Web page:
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The Journal of Steroid Biochemistry and Molecular Biology


Aromatase is a particularly attractive drug target in the treatment of hormone-responsive breast cancer, and aromatase activity in breast cancer patients is greater in or near the tumor tissue compared with the normal breast tissue. Complex regulation of aromatase expression in human tissues involves alternative promoter sites that provide tissue-specific control. Previous studies in our laboratories suggested a strong association between aromatase (CYP19) gene expression and the expression of cyclooxygenase (COX) genes. Additionally, COX selective inhibitors can suppress CYP19 gene expression and decrease aromatase activity. Our current hypothesis is that pharmacological regulation of aromatase can act locally to decrease the biosynthesis of estrogen and may provide additional therapy options for patients with hormone-dependent breast cancer. Two pharmacological approaches are being developed, one approach utilizing small molecule drug design and the second approach involving mRNA silencing technology. The small molecule drug design approach focuses on the synthesis and biological evaluation of a novel series of sulfonanilide analogs derived from COX-2 selective inhibitors. Combinatorial chemistry approaches were used to generate diversely substituted novel sulfonanilides. The compounds suppress aromatase enzyme activity in SK-BR-3 breast cancer cells in a dose and time dependent manner, and structure activity analysis does not find a correlation between aromatase suppression and COX inhibition. Real-time PCR analysis demonstrates that the sulfonanilide analogs decrease aromatase gene transcription in breast cells. Furthermore, the sulfonanilide compounds selectively decrease aromatase gene expression in several breast cancer cells, without exhibiting cytotoxic or apoptotic effects at low micromole concentrations. A ligand-based pharmacophore model for selective aromatase modulation (SAM) by the novel sulfonanilides identified an aromatic ring, two hydrogen bond acceptors, and a hydrophobic function as four key chemical features. In the second approach, short interfering RNAs (siRNA) were designed targeting human aromatase mRNA. Treatment of breast cancer cells with siRNAs targeting aromatase (siAROMs) completely masked the aromatase enzyme activity and resulted in suppression of CYP19 mRNA. Thus, these results suggest that the novel sulfonanilides and the siRNAs targeting aromatase expression may be valuable tools for selective regulation of aromatase in breast cancer.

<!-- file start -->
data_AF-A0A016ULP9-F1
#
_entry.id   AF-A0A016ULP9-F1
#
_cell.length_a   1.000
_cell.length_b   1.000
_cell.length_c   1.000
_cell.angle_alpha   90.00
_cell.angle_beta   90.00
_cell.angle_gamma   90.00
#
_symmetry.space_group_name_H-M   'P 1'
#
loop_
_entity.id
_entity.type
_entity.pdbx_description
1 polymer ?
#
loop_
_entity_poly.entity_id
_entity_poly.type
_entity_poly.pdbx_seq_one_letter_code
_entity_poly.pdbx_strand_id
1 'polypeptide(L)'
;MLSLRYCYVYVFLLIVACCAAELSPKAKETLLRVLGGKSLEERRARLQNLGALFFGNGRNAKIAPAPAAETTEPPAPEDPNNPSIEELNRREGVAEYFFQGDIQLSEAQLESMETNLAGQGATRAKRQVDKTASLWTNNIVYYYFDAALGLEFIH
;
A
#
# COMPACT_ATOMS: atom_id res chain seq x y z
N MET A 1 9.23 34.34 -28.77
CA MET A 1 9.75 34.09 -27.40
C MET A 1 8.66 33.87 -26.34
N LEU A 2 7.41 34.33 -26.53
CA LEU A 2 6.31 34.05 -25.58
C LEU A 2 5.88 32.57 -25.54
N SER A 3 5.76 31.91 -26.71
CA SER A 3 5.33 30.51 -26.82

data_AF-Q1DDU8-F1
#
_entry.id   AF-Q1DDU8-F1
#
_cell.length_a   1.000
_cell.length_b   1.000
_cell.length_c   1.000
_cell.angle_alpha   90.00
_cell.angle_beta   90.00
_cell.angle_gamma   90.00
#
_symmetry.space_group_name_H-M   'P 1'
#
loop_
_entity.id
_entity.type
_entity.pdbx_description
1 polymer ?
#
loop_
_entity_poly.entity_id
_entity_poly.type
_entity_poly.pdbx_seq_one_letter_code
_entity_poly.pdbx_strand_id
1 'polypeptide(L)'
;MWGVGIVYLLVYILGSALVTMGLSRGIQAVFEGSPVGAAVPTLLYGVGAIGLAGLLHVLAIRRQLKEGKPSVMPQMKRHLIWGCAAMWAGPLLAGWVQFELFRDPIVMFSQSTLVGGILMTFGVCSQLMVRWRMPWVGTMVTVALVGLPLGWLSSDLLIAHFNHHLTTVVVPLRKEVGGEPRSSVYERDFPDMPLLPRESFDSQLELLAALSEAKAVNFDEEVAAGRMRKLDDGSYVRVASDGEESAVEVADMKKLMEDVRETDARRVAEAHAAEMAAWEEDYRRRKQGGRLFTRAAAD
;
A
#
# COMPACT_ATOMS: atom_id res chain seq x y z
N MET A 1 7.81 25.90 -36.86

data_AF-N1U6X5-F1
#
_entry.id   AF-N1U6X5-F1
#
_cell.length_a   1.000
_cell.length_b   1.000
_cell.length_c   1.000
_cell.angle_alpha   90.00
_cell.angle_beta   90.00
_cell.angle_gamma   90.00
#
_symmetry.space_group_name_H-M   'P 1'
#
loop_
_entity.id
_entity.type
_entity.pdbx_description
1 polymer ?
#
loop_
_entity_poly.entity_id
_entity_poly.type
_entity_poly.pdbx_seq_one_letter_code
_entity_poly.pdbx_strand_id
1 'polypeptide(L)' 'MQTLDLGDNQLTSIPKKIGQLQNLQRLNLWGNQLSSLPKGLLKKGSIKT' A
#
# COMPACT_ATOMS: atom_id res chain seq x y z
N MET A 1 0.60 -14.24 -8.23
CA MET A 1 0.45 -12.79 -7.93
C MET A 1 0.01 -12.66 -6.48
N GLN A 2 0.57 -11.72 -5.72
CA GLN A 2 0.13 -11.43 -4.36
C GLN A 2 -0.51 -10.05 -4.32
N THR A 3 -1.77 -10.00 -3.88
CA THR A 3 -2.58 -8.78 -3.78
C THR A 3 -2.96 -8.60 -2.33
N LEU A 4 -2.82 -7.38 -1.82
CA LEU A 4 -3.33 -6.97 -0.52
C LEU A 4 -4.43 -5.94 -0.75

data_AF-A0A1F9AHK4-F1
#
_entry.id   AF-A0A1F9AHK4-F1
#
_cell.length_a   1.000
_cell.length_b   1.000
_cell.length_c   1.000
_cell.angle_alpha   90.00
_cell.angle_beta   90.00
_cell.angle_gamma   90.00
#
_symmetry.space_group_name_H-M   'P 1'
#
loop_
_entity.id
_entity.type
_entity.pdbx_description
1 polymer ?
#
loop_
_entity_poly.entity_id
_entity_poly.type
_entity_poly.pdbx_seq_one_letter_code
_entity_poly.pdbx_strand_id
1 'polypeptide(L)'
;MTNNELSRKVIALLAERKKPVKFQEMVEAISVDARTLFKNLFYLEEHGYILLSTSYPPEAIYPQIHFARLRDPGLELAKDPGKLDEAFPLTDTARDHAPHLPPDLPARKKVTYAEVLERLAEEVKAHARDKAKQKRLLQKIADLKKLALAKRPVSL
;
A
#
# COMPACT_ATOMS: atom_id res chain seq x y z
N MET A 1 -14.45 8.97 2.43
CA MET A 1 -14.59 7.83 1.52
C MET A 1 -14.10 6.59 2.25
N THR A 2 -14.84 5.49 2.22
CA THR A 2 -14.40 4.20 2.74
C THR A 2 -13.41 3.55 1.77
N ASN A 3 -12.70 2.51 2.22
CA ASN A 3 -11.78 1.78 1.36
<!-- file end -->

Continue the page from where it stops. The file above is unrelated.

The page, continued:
This work was supported by the National Institutes of Health (NIH) Grant R01 CA73698 (R.W.B.), the USAMRMC Breast Cancer Program Grant W81XWH-08-1-0521, and The Ohio State University Comprehensive Cancer Center Breast Cancer Research Fund.









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